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Product: Book - Paperback
Title: eBay Hacks: 100 Industrial-Strength Tips and Tools
Publisher: O'Reilly
Authors: David A. Karp
Rating: 5/5
Customer opinion - 5 stars out of 5
Phenomenal


Reading through this book, one gets the sense this could be a slightly abbreviated "how to use eBay" guide, rather than a book of "eBay hacks." Many of the hacks offered in the book are not only informative and helpful, but a few almost seem like common sense tips, such as ways to avoid having bad feedback written about you when you sell an item to someone on eBay.
Since I'm a "eBay novice," I found a few of the hacks a bit confusing. But I think this is due much more to my inexperience with eBay than anything else. And after reading this book I will attest that it has increased my curiosity and willingness to both buy and sell items on eBay in the future.
The book offers numerous excellent "tips" (er hacks) in several main areas. As with other books in the O'Reilly Hacks series, these areas are divided into several chapters. Areas covered in various chapters include Diplomacy and Feedback, searching for auction items, ways to bid on items offered, using photos to help "sell" your items, and completing transactions.
If you do any buying and/or selling on eBay, you need this book.



Product: Book - Hardcover
Title: 3G Wireless with 802.16 and 802.11 (McGraw-Hill Professional Engineering)
Publisher: McGraw-Hill Professional
Authors: Clint Smith, John Meyer
Rating: 1/5
Customer opinion - 1 stars out of 5
Not good


This book is not worth the price. I read the first 2 chapters and only skimmed the rest before deciding to return it. Even though it's a recent book, it covers in part technology that's 20 years old, so the title is misleading. On the new technology, it only skims the surface, not really going into details as any book on 802.x would for half the price. As far as how 802.x and 3G cellular networks and devices (UMTS, IMS) are going to co-exist and converge, it's silent. A real disapointment



Product: Book - Paperback
Title: Photoshop Restoration & Retouching, Second Edition
Publisher: New Riders Press
Authors: Katrin Eismann, Doug Nelson
Rating: 5/5
Customer opinion - 5 stars out of 5
The one advanced PS book to have ...


... if you're buying only one.

Solid, hands-on instructions, with just enough theory that you understand what you're doing. She covers a broad range of restoration and retouching subject matter, going just deep enough into each one to prove genuinely useful without trying to be the 1200-page comprehensive back-breaker of PS books.

There are other books that covers specific subjects in more detail(Michael Kieran's book on color correction is one), but Eismann's does a great job of touching all the bases in an understandable and helpful way.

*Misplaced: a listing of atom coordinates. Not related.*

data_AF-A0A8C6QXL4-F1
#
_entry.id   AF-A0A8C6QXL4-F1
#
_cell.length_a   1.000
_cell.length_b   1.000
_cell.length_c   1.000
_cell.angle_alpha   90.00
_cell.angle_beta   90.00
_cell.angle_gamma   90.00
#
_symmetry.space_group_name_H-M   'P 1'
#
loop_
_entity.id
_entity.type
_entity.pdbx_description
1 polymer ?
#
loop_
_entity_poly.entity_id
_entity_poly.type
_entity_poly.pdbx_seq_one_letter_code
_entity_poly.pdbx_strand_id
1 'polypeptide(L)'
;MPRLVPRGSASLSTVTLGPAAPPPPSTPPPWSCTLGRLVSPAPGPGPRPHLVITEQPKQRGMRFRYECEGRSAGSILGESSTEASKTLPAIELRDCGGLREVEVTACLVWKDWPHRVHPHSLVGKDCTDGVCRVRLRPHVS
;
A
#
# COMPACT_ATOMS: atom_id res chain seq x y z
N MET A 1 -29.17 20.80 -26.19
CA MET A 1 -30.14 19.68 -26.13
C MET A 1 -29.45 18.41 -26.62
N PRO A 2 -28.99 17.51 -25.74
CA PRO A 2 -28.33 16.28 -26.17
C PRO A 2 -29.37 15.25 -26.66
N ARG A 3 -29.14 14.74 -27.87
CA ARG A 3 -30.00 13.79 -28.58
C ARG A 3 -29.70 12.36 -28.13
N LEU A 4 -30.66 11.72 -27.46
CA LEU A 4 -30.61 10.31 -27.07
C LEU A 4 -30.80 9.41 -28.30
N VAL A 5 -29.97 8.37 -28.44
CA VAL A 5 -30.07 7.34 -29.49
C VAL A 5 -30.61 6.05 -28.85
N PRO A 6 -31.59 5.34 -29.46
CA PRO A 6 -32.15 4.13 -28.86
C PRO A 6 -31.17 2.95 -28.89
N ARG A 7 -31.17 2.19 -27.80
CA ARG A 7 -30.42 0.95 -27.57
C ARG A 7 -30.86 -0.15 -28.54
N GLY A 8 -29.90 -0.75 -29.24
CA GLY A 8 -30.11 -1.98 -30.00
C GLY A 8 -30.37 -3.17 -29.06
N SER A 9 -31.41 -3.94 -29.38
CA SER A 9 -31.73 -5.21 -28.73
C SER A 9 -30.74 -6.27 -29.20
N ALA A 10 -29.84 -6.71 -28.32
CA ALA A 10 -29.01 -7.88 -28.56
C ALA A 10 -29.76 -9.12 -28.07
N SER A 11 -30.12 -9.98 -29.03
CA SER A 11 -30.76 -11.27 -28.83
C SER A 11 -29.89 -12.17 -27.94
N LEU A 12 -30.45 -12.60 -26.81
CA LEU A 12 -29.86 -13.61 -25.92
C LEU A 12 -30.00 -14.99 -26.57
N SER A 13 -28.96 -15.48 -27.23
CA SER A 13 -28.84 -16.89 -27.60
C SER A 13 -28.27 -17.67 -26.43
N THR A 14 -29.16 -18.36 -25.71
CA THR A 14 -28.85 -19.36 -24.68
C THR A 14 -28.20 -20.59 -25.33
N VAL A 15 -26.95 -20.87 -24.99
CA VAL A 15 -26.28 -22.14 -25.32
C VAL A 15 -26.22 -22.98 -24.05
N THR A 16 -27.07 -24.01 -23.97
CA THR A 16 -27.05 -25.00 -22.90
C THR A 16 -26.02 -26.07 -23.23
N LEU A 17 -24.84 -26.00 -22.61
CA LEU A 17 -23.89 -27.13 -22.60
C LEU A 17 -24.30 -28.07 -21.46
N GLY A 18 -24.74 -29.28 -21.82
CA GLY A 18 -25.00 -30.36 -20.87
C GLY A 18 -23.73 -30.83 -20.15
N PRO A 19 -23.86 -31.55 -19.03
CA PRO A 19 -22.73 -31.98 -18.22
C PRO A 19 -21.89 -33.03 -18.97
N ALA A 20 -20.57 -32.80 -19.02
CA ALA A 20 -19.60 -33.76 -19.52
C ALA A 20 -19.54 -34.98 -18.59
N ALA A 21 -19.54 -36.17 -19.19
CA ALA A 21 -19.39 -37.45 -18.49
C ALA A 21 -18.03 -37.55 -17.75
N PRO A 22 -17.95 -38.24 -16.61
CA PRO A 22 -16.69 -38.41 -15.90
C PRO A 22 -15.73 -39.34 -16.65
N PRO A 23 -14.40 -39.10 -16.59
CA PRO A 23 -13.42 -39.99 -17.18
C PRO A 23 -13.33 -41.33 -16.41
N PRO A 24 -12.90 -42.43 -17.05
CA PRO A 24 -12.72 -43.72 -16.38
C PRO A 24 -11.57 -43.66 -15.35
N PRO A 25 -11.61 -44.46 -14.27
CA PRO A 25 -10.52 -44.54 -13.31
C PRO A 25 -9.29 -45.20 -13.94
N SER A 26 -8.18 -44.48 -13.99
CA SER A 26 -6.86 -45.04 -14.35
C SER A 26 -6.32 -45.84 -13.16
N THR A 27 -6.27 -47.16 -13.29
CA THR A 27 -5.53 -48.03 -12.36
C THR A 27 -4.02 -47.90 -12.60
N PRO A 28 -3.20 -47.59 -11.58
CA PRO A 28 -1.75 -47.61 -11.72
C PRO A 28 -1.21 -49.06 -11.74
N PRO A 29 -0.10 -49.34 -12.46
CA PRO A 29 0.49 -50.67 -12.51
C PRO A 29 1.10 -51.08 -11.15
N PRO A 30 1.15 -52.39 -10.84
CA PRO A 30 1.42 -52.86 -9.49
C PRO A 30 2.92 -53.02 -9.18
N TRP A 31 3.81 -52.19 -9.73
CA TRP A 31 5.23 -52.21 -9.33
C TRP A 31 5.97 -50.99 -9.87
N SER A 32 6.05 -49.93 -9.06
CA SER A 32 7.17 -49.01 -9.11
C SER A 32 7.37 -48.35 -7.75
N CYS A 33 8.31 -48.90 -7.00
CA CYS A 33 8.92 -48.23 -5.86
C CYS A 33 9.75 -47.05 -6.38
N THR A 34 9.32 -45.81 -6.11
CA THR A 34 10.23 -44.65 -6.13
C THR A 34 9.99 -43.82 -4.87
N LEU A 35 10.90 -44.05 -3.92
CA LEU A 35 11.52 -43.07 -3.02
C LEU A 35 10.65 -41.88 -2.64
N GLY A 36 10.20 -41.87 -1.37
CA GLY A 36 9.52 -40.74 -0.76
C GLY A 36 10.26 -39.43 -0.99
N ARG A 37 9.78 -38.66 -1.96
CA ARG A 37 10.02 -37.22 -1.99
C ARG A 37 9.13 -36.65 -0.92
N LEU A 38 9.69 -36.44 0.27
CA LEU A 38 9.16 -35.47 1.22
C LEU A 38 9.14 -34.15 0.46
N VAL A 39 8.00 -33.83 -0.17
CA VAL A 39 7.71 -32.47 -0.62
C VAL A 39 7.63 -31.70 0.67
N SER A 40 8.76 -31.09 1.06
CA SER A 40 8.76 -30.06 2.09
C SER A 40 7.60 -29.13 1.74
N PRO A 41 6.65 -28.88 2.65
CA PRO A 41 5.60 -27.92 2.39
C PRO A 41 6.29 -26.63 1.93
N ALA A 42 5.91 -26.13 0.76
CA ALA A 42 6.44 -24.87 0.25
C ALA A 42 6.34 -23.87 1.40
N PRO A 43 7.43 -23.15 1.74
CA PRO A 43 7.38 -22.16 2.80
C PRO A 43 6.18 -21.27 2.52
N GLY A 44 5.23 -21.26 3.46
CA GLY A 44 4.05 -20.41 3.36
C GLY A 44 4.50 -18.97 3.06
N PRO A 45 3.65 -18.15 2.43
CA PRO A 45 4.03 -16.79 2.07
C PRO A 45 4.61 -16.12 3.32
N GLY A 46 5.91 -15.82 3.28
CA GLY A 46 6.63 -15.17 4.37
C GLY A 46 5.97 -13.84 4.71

This is not the first Photoshop book to buy, but it should get very serious consideration as the second.

One thing I especially appreciate is the straight-up presentation. Too many computer book authors (Kelby and McClelland come immediately to mind) think they have to mix sophomoric humor in to stay "interesting." If I want to laugh, I'll watch Letterman - if I want to learn Photoshop, I'll read Eismann.



Product: Book - Paperback
Title: SQL Queries for Mere Mortals: A Hands-On Guide to Data Manipulation in SQL
Publisher: Addison-Wesley Professional
Authors: Michael J. Hernandez, John L. Viescas
Rating: 4/5
Customer opinion - 4 stars out of 5
Very good but flawed


First, I have to say that I liked this book very much. It is clear and to the point. The examples and excercises are also extremely helpful. I particularly like the fact that they include several very different sorts of databases on the attached CD ROM.
There are two things that keep me from giving it the full five stars. The first problem is that the autthors introduce a method for converting requests in english into SQL queries that is next to useless. It starts with a request for data (in english) and proceeds to a "translation" into something like SQL. Finally you are supposed to convert the translation into valid SQL by "cleaning it up" (i.e. deleting extraneous words). However, there is no explanation of how you get from the request to the "translation". Luckily this method is not necessary to follow the otherwise well thought out explanations in the book.
The second problem is that the excercises in the book don't work out the way they are supposed to (i.e. the number of rows returned by the query is not always the number of rows they tell you it is supposed to return). This is because the excercise databases are slightly different than the solution databases. This caused me plenty of headaches trying to debug my SQL until I discovered the problem.
Even with these problems, this is the best beginners book on the subject I've yet come across.